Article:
The Art of Richard Wright

By Edward Margolies | Go to book overview
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6
Foreshadowings: Lawd Today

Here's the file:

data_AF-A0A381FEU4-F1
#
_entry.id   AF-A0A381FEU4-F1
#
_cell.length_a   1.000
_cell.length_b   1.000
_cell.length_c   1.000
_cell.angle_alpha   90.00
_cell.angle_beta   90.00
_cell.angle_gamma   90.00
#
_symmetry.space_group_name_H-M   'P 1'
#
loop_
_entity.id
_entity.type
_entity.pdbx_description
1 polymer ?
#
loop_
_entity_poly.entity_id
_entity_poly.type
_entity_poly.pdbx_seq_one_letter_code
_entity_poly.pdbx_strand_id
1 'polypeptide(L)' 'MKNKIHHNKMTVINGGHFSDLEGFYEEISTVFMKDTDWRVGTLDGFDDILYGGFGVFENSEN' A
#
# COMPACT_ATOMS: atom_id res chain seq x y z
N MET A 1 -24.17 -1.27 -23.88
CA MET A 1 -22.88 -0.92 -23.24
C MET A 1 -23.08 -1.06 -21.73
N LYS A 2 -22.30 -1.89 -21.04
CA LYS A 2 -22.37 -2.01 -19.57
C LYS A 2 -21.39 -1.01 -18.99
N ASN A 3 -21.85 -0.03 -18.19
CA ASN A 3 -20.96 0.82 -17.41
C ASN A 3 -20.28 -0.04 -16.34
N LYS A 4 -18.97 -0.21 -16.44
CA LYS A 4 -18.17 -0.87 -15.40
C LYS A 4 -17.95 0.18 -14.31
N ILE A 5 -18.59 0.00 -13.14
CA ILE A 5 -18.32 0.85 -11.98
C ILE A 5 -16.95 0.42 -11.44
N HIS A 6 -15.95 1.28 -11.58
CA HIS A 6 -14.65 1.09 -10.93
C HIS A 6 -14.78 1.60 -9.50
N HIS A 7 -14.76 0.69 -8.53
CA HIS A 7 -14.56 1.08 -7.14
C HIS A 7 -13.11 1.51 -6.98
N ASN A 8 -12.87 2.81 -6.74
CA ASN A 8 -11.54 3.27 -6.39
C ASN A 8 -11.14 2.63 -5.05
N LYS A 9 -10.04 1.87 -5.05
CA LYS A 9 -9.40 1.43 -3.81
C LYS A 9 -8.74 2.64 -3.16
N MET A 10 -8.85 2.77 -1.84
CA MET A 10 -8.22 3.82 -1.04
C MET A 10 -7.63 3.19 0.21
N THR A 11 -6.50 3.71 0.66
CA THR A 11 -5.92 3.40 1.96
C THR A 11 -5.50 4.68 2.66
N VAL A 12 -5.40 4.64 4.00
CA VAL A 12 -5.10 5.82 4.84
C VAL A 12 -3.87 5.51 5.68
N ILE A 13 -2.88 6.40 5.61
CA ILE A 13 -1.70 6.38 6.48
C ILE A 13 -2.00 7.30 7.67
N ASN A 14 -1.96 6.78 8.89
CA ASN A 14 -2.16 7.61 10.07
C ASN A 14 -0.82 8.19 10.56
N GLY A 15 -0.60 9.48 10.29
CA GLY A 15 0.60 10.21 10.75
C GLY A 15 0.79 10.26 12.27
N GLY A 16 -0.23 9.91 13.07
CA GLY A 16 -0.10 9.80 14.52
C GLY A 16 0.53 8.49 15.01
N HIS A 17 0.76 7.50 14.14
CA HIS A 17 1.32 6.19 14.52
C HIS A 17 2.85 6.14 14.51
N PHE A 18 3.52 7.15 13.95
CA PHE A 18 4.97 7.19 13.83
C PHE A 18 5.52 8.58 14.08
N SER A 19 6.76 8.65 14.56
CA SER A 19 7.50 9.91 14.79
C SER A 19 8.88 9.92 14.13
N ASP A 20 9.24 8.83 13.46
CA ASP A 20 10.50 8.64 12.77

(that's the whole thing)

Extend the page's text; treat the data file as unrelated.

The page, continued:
Lawd Today, Richard Wright's first novel (published posthumously in 1963), is in some ways more sophisticated than his second, the more sensational Native Son, which established his popularity, and to a large extent his reputation. It is ironic that this should be so in view of the fact that Native Son has subsequently come to be regarded as a brilliant but erratic work by an author who was perhaps ignorant of modern experimental techniques in prose fiction. For had Lawd Today been published when Wright completed it, such an impression might never have gained acceptance. If the novel reveals anything about its author, it indicates that Wright had learned his Joyce, his Dos Passos, his James T. Farrell, his Gertrude Stein only too well. It is not that Lawd Today is a hodgepodge of the styles of the above authors -- actually, Wright is usually in good control of his material -- but that Wright here appears as much interested in craftsmanship, form and technique, as he is in making explicit social comment. Indeed, social comment derives from the way Wright structures the novel -- twenty-four hours in the life of a Negro postal worker -- and the theme does not confine itself to Negro oppression but says something about the very quality of life in urban America. Moreover, Wright uses here for the first time a Negro anti-hero: Jake Jackson is a loutish, heavy handed, narrow, frustrated, and prejudiced petit bourgeois who, though unable to cope with his envi

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